UBC Undergraduate Research

Education programs in the LFS Orchard Garden and Agora Café : creating a survey for Think&EatGreen@School Summer Institute Chang, Candy; Dobson, Tannis; Kwok, Dorothy; Perrin, Jenn; Tse, Miranda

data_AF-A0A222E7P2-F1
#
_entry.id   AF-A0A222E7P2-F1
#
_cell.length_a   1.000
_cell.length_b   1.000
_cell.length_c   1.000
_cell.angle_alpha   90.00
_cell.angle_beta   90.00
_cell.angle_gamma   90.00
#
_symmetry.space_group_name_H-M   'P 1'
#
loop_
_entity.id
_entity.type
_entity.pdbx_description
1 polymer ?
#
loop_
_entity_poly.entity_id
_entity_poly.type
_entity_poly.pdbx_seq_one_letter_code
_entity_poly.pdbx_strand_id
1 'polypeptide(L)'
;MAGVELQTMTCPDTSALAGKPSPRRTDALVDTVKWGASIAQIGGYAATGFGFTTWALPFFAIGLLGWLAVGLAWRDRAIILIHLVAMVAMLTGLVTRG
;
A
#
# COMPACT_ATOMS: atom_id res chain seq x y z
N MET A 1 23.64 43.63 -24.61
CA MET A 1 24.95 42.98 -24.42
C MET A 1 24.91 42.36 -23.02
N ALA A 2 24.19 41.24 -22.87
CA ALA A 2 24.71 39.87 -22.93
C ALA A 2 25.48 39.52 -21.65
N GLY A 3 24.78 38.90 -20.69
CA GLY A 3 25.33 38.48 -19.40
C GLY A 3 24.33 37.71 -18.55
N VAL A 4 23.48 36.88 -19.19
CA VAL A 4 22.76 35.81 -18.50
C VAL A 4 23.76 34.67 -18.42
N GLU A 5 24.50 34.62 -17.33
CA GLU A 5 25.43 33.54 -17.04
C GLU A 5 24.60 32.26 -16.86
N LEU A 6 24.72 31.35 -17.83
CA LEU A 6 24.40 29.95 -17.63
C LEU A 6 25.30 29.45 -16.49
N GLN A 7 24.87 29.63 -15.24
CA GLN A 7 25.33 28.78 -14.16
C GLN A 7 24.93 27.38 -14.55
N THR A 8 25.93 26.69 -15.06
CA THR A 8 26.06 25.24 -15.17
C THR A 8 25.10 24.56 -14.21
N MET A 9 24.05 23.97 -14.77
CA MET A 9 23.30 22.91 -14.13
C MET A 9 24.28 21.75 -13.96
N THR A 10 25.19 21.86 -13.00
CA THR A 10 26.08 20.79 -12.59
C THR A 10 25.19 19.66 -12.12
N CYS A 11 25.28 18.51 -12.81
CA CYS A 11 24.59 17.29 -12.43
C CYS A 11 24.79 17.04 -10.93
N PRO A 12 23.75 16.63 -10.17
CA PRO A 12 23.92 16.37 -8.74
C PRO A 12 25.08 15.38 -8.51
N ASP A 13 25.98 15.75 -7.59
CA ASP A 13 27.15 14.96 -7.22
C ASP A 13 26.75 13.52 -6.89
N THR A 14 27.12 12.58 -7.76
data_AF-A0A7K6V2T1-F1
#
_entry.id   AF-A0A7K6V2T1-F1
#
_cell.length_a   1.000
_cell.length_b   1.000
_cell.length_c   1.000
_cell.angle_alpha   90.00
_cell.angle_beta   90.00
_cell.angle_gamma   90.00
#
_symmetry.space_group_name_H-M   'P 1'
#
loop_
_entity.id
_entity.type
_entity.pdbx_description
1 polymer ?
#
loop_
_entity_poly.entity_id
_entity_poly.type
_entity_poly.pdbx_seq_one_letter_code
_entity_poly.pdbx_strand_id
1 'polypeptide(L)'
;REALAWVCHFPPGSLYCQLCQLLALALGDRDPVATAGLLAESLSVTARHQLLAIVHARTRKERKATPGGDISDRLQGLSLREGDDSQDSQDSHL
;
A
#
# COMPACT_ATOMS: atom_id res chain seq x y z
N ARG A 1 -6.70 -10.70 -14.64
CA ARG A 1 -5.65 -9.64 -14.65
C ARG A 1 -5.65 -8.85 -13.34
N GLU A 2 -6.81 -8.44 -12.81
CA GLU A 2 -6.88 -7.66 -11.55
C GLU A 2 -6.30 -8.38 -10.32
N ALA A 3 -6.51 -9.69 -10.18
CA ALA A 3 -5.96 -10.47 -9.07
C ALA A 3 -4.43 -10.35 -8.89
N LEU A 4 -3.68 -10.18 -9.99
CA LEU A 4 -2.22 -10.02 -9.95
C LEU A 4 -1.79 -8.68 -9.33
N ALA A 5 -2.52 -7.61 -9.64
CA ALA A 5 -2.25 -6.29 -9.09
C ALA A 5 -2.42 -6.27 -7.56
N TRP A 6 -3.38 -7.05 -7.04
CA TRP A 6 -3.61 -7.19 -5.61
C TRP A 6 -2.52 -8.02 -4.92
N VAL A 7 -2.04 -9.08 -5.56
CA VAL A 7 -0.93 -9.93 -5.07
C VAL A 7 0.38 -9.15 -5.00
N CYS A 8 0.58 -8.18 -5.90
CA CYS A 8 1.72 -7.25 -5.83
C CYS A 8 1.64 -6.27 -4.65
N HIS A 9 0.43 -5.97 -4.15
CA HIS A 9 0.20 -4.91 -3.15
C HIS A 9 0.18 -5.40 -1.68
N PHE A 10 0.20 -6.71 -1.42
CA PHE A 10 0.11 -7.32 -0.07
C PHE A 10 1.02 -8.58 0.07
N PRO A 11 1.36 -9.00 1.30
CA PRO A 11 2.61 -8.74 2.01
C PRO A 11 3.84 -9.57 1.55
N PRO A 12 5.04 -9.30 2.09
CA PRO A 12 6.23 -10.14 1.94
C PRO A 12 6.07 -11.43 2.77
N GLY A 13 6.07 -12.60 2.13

The Think&EatGreen@School project is developing a Summer Institute, a three-day seminar that provides teachers with a professional development opportunity to learn how to strengthen the connections between components of the food system within their schools. The goal of this project was to design a survey that will determine what kind of workshops should be implemented into the Summer Institute that will help to provide teachers with ideas and resources for garden based professional development. A literature review was first conducted by using Designing Surveys: a guide to decisions and procedures by Ronald Czaja and Johnny Blair. Information was then collected using various websites, including thinkeatgreen.ca as our primary source. While developing the survey, we were mindful to keep the questions succinct, to minimize the use of open-ended questions, negative connotations and leading questions, and to use universal language. The completion of the final survey came after extensive revising and countless editing. The online survey software SurveyMonkey was first used but because a subscription was required for surveys exceeding ten questions, we were advised by the LFS IT department to use the Google spreadsheet program instead. This turned out to be a good option as it automatically interprets and analyzes the survey questions. One limitation of using the Google survey is that we are unsure if the format complies with the ethics regulations compliance for distribution; therefore we recommend that our stakeholders deal with this issue accordingly. To future LFS students, we recommend following our methods for creating a survey as they were successful for this project. Disclaimer: “UBC SEEDS provides students with the opportunity to share the findings of their studies, as well as their opinions, conclusions and recommendations with the UBC community. The reader should bear in mind that this is a student project/report and is not an official document of UBC. Furthermore readers should bear in mind that these reports may not reflect the current status of activities at UBC. We urge you to contact the research persons mentioned in a report or the SEEDS Coordinator about the current status of the subject matter of a project/report.”

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